Thanks for the article! Years ago, your columned helped me with this type of issue! My employer had hired a company for brand consulting. Somehow they also decided to advise on our website. I was and still am the web designer for our website. They gave me a bunch of webpages and told me to put them in the root directory. I asked what they were for and they were very vague. I remembered something about doorway pages, and after reading up on them, I realized putting those pages on our site could get us banned from search engines! I questioned the company about this, but they insisted that would not happen. I just ignored them and never put the webpages on our site. My employer supported my decision.
 Derek Andrews said:
There seems to be a lot of SEO firms that will try anything. I run a small tourism directory for my local area, and the submission page clearly states:
"Please note that this website is aimed at prospective visitors to the Sunrise Trail in Nova Scotia. It is only for tourism related businesses and organizations located on the Sunrise Trail, Nova Scotia. Submissions are listed manually and those not relevant to tourism in this area of Nova Scotia will be ignored."
Even so, I get all sorts of spam entries, including SEO companies. One, from Michigan, gave a phone number with an invalid area code, claims to be from a small village in this area, and their submitted blurb says "affordable rates with white Hat techniques." White hat my ass.
 Jill said:
@Derek, yes, they even spam the contact forms of SEO companies!

@Vicki and @Carolyn : Glad you like the articles. Please do point people to it as you like!
 Judd Exley said:
Great list Jill. As Perth is still a fairly small town, the SEOs have picked up their game, but there are still heaps of advertising gurus and web design firms out there that are selling SEO services that are breaking one, if not all, of these rules.

The lesson is, I suppose, that there are shysters everywhere, but with information like this heavily spread around the industry, hopefully we can force integrity on a few of 'em, eh?

Cheers.
 Seamus said:
Jill, this is the perfect checklist for any business owner.
I think the line "SEO is very much an art as well as a science" sums it up for me. Make sure you are comfortable with your "artist's" style before you commit to spending any money with them!
 SEO Aware said:
Great list for businesses. I would say it is common sense, but when I receive emails from these random "SEO" companies and look at what they offer I am shocked. When I look a what they recommend I am shocked...I am shocked a lot.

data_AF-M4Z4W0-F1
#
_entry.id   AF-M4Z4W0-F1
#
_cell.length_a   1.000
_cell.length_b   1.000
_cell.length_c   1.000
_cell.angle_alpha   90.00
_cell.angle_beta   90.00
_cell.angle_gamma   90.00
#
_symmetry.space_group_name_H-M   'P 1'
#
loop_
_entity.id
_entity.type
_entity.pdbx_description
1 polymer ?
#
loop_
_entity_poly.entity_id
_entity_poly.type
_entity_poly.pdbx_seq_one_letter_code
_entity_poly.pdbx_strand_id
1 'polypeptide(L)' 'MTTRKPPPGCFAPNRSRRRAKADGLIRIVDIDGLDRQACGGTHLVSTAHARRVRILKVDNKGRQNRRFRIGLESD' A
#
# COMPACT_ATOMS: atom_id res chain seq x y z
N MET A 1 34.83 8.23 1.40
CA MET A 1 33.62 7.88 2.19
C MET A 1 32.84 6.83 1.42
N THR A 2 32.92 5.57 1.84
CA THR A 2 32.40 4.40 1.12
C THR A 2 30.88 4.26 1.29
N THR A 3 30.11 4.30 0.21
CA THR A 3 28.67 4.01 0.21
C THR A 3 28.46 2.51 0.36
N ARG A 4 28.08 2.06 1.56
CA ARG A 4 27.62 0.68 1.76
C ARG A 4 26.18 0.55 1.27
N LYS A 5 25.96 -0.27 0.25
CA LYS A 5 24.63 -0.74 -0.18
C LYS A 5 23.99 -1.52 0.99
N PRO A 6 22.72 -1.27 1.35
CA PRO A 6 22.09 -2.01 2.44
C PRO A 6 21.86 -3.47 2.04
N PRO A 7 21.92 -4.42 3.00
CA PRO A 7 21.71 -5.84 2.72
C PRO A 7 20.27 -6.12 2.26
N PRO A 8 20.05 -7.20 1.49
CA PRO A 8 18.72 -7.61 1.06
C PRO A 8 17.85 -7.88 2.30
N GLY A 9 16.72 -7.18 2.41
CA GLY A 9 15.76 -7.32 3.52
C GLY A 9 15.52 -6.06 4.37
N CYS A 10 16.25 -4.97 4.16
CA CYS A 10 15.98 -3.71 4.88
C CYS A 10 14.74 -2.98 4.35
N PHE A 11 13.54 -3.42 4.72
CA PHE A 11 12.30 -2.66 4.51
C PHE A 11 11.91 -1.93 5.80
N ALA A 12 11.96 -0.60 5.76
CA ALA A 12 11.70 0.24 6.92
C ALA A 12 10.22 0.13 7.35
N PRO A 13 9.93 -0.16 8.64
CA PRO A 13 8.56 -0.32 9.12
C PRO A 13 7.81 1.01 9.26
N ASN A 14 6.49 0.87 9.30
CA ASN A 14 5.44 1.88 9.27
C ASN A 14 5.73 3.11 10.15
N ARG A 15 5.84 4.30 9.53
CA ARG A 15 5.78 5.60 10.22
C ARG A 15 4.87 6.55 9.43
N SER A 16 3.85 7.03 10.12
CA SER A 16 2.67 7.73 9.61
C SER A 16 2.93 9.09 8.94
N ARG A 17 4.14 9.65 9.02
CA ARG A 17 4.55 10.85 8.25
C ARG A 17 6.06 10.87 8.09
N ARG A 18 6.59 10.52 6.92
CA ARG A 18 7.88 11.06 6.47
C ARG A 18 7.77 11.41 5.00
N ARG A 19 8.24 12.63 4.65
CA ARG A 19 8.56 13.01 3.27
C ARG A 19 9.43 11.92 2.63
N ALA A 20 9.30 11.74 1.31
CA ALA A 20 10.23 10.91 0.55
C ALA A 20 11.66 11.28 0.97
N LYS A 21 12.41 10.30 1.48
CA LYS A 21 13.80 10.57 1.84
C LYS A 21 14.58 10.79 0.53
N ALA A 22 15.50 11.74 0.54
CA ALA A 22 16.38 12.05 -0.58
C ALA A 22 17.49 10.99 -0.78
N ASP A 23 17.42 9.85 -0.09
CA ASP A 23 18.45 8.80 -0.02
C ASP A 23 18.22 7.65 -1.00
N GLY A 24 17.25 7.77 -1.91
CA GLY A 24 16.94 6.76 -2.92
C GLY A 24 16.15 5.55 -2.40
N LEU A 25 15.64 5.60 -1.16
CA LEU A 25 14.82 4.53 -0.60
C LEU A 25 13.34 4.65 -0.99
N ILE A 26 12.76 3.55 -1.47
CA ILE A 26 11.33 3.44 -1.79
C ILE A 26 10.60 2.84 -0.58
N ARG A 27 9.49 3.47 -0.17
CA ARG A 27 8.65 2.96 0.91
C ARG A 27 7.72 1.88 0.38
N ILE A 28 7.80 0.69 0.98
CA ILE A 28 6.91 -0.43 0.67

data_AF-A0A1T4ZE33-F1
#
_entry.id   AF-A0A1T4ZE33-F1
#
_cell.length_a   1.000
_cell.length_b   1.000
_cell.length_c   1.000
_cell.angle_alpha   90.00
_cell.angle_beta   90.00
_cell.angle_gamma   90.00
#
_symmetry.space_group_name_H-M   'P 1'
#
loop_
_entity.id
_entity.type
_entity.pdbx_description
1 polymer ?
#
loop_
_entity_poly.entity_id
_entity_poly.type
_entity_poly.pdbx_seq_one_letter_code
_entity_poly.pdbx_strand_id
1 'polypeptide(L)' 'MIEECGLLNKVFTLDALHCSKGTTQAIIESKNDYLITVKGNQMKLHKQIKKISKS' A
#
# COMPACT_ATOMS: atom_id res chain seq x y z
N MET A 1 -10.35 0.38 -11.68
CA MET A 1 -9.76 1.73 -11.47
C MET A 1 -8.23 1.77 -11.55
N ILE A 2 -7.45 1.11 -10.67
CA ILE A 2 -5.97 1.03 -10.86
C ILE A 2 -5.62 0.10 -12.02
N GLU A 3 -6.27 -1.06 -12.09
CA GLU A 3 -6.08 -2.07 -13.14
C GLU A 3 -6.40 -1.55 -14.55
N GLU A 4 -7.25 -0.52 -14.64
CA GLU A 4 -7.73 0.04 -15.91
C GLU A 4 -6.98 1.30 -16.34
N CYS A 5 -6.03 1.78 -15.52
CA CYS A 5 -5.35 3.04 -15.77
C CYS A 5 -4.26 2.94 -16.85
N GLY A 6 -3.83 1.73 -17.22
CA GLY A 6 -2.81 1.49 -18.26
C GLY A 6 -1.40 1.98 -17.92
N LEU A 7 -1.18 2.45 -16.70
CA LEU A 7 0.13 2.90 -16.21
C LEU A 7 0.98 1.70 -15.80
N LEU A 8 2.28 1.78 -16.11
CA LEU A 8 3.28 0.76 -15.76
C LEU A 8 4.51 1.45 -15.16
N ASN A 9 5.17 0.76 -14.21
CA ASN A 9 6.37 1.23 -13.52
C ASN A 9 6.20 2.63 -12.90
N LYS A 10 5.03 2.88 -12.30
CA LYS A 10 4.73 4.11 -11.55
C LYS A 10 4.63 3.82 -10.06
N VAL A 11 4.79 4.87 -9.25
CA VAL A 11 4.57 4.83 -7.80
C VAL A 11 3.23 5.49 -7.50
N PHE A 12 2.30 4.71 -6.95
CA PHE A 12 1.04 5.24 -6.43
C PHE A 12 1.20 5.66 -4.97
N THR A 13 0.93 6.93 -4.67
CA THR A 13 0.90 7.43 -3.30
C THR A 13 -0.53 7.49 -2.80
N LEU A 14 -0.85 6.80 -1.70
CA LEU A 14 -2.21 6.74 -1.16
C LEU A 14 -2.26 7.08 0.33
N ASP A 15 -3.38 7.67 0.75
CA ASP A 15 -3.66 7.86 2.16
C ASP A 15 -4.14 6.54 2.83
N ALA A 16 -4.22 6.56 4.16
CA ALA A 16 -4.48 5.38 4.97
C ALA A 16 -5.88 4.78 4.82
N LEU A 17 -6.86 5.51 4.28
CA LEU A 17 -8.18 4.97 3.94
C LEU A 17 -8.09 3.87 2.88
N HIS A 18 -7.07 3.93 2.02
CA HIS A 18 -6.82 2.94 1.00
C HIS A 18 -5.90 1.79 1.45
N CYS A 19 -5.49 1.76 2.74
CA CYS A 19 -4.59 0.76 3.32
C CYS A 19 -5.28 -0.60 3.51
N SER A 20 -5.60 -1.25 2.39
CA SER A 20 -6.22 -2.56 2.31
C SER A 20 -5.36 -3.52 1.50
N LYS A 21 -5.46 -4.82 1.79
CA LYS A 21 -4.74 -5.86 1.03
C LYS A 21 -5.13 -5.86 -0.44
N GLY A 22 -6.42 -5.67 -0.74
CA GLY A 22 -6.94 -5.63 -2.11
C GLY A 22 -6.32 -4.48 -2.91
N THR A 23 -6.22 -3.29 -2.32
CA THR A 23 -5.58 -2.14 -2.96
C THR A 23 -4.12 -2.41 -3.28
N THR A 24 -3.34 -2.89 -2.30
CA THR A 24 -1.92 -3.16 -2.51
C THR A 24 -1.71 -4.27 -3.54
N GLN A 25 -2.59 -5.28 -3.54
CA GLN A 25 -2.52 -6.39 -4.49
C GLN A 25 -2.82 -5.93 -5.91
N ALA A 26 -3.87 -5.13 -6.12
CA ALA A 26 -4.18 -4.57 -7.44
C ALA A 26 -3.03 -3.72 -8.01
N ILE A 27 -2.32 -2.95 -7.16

Improve the bottom line is also extremely important. I don't feel like I am doing my job is sales don't increase for my clients.
 POOPeGIFTS said:
I think #3 needs an asterisk added to it. Make sure the client is qualified to determine what worsens your site's overall usability or readability. I've heard from far too many site owners that love their full flash site and that any "regular text" would take away from their sites user experience. Given your list, this client should choose any SEO firm that wants to add plain HTML text. I agree with the list, but think that should be added.
 Ron said:
Great post! These are all very valid points when companies are trying to find a reputable SEO company. Thanks for the great info!
Ron
 Tejas said:
While this is a good post, there is never anything written about the buyers, is it!?

What about the buyers who want their brand new site "up there" in ranks 1-5 within 2 months? Sure if babies can be delivered that fast.

Someone tells them that all they need for their business is search engine optimized website and then they can sit on a Hawaii beach, sip their margaritas and money will keep growing on trees back home.

That is not how that works.

So, your point #1 should apply to both the buyer and the provider.
 Rich said:
Good post because we have been looking for an SEO person/company for some time but have yet to decide. There are far too many shady characters in the SEO business.

Can you Jill or anyone here recommend a good SEO company? I'm not only looking for a trusted firm for myself, but I have a number of clients that have asked me to find them a solid SEO. I have a good understanding of the business and can do a decent job myself in search engine optimization, but lack the time.

Feel free to send recommendations to me at: 'richmilton at fastmail.fm'

Rich
 Jill Whalen said:
Yes, Rich. Try High Rankings. :)
 Rich said:
Jill,

Do you have a commission or referral program?

Rich
 Jill said:
Rich, please fill out our contact form to discuss this sort of thing, thanks!
 Anonymous said:
Will do, Thanks Jill.